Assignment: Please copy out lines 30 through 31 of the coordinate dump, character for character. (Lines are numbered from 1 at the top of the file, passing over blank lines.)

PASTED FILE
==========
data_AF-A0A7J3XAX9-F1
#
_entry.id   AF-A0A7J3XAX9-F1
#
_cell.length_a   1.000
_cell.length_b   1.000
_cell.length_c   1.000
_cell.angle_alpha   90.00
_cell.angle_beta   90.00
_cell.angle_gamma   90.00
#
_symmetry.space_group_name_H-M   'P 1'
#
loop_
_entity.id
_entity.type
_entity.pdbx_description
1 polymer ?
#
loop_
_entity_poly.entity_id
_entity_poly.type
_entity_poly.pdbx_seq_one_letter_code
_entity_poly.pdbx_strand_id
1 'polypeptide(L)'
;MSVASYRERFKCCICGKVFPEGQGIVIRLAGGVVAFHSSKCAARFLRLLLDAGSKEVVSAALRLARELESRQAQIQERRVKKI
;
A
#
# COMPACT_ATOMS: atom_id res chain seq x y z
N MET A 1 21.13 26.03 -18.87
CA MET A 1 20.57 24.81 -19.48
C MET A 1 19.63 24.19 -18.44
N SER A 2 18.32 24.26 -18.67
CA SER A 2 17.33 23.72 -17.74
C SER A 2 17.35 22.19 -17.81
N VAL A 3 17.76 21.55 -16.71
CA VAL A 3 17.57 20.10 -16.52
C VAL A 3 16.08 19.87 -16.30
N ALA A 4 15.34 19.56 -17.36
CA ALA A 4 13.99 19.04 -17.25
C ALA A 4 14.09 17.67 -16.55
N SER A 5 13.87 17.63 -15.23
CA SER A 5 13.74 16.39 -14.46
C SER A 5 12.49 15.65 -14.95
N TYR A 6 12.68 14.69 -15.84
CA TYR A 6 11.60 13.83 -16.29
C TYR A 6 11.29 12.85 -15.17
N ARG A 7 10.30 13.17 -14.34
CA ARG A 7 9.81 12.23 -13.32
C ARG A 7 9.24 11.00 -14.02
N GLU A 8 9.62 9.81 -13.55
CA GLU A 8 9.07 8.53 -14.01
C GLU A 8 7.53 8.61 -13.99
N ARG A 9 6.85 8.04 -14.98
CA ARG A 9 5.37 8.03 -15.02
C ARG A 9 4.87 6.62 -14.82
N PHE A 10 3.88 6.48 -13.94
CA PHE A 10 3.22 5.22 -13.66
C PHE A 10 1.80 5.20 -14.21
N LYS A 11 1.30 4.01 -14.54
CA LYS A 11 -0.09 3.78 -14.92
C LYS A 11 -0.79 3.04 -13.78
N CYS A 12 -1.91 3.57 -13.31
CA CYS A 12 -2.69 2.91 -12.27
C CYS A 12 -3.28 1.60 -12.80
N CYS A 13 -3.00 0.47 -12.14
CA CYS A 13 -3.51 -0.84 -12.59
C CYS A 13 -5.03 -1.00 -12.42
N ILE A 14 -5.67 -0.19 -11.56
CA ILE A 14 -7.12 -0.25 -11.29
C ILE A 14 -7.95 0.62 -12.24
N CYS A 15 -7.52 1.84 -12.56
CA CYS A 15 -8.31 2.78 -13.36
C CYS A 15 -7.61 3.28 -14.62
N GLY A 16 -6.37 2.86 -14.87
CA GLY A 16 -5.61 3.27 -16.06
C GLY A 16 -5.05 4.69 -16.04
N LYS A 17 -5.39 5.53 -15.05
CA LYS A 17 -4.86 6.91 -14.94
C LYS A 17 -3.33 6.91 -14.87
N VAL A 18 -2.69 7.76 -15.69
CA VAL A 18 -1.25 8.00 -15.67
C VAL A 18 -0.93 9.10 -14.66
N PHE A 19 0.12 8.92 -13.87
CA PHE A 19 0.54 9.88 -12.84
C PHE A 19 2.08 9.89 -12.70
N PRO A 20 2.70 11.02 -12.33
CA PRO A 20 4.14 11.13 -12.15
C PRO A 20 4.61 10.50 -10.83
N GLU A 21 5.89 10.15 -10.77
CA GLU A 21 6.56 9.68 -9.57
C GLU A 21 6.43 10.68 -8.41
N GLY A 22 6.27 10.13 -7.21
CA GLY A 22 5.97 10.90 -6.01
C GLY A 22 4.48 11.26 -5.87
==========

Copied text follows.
# COMPACT_ATOMS: atom_id res chain seq x y z
N MET A 1 21.13 26.03 -18.87